Core skills of computer athletes
How fast can you program, design, write, edit. Quality is more important than quantity but here I’m talking about how fast are you performing the tasks that you know you should do. Things that increase your speed are:
What is your typing speed. Is it 40 words per minute or 140 words per minute? Is your accuracy good enough?
Both speed and accuracy can be trained and should be at a certain professional level. You can’t call yourself a professional if you’re still typing with two fingers.
The speed of professional gamers is measured in apm, actions per minute. And they’re all using shortcuts because that is the best way to increase speed.
Professional apps have shortcuts for almost every action, use them.
Shortcuts are like mini automations, they save you few seconds here and there but they add up very very quick if you keep making a conscious effort to use them.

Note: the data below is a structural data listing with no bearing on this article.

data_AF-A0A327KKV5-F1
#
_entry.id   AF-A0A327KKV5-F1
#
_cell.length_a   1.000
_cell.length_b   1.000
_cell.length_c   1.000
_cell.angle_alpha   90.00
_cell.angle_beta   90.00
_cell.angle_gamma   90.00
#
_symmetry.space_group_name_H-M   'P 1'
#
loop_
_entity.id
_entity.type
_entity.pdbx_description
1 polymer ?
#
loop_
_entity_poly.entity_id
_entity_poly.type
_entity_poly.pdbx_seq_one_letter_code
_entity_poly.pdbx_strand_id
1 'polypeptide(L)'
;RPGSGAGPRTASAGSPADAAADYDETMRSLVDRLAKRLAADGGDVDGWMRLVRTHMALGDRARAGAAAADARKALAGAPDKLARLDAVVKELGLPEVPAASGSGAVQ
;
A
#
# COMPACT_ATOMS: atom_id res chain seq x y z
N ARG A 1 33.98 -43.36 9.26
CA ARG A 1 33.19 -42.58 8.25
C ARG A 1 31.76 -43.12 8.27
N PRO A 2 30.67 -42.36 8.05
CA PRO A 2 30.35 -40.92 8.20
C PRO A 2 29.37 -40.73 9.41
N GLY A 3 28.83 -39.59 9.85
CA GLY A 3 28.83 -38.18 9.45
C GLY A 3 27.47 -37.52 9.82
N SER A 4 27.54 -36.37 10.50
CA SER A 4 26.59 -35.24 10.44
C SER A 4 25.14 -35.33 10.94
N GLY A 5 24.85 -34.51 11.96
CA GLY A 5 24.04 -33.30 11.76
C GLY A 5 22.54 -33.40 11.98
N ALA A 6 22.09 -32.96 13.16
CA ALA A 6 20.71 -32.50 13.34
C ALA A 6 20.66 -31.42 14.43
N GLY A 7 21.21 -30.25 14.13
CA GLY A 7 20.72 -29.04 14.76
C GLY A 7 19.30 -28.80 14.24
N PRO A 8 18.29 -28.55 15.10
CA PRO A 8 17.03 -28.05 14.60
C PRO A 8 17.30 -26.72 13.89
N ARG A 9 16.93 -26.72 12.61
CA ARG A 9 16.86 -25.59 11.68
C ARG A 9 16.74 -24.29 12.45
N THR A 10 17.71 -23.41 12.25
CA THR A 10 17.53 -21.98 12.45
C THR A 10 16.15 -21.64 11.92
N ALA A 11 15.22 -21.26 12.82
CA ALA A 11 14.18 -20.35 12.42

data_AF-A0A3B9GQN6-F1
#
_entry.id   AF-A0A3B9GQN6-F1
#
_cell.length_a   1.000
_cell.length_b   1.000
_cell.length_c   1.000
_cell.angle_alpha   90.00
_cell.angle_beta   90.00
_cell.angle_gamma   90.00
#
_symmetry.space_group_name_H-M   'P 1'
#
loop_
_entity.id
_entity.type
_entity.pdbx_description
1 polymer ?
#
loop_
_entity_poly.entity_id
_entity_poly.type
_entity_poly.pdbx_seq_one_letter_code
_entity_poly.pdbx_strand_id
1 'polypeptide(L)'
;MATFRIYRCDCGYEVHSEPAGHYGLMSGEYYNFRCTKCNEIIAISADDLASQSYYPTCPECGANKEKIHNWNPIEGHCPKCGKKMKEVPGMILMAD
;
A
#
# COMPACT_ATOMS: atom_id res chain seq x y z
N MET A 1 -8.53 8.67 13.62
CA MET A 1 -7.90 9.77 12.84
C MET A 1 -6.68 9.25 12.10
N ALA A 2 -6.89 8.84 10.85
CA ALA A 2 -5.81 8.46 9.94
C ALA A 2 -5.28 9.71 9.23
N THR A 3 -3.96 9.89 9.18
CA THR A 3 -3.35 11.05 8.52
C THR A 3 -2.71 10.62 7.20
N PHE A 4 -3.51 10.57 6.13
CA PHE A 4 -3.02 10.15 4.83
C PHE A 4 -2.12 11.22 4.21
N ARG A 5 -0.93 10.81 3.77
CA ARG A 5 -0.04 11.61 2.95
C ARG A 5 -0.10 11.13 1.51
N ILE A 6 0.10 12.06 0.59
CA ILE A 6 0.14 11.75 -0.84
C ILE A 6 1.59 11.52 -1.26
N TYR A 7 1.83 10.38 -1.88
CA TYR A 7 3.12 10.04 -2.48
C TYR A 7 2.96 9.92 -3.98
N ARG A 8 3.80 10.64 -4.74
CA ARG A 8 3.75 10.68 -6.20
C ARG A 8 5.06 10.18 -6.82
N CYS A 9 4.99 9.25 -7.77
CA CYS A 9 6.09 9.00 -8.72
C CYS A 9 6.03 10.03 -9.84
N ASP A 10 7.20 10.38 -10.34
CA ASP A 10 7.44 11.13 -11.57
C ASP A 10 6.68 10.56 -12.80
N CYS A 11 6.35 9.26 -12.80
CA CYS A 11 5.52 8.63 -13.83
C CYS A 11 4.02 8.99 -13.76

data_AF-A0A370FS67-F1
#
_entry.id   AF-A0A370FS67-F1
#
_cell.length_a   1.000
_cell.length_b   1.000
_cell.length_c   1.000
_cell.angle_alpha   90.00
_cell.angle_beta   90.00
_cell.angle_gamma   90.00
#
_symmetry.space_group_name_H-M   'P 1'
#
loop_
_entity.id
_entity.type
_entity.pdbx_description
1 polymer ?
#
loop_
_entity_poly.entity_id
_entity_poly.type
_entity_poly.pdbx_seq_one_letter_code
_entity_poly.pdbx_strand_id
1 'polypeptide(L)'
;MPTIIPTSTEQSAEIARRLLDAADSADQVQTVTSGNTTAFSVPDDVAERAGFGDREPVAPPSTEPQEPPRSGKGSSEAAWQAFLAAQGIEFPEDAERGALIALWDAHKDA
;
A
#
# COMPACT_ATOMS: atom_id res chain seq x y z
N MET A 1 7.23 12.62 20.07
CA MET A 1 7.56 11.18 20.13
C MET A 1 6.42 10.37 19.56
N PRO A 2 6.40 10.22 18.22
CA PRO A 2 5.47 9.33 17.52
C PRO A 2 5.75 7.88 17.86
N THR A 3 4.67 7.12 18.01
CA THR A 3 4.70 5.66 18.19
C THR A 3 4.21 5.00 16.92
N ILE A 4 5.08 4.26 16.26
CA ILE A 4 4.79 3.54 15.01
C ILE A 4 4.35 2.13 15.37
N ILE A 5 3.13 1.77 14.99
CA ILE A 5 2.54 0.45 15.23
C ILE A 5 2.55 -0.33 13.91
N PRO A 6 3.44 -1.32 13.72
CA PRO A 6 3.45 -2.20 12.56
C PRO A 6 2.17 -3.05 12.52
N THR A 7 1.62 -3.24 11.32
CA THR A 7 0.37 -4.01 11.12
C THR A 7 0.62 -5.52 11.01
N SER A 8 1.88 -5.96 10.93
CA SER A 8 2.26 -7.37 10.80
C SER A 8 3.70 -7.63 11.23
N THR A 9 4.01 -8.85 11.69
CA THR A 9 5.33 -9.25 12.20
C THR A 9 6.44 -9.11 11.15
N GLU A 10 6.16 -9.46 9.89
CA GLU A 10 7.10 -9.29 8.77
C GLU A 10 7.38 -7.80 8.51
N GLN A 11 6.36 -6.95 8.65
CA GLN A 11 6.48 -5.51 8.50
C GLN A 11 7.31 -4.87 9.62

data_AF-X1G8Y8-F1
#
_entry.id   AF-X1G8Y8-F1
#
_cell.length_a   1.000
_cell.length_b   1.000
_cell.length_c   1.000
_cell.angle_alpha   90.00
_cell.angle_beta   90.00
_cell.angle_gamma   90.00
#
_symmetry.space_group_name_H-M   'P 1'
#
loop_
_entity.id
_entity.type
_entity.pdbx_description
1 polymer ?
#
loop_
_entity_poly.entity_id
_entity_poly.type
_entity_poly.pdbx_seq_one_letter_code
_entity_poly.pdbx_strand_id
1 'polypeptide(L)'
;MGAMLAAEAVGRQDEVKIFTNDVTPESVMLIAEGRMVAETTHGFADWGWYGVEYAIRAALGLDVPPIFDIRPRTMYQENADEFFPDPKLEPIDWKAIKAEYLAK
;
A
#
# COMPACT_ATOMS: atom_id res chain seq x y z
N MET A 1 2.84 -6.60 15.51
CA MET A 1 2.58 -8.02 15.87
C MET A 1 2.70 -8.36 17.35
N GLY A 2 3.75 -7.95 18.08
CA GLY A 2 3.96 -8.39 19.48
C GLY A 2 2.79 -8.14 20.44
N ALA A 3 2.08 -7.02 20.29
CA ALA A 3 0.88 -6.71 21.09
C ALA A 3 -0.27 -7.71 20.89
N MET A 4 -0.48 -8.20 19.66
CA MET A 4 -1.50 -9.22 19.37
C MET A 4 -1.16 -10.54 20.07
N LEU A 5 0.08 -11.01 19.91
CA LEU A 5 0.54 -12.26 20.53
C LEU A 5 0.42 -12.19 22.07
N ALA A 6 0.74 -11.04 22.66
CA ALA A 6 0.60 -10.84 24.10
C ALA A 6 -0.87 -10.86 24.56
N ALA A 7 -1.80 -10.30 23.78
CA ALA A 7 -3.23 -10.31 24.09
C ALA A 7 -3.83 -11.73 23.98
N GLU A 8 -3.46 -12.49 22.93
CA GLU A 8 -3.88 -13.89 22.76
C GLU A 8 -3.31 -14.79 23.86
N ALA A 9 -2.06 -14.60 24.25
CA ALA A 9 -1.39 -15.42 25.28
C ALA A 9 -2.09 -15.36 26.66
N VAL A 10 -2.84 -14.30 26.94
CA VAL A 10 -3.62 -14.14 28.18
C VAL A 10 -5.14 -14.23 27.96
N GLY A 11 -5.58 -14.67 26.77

I think of shortcuts as sharpening the saw, it takes some time to learn them, but once you do, the change in speed is more than obvious.
Plus you look like a total badass compared to your colleagues or manager or anyone that doesn’t know the shortcuts.
The biggest speed improvements are when you can find an app that completely automates certain part of your workflow.
These days, basically anything that you need to do repeatedly is already automated, you just need to look for it and then be willing to learn that new tool.
Focus is the most important variable for your productive output.
Your results depend on the time you put in a project and the amount of focus and concentration your have during that time.
Focus can be trained, just like your touch typing or technical skills.
The simplest way to train your focus is with focus sessions. Simply start by focusing on one task at a time for 20 minutes, then take a small break.
Divide your working time into small focus sessions with small breaks between them.
Start with the classic Pomodoro structure of 25 minutes work and 5 minutes break. After 4 sessions take a longer break.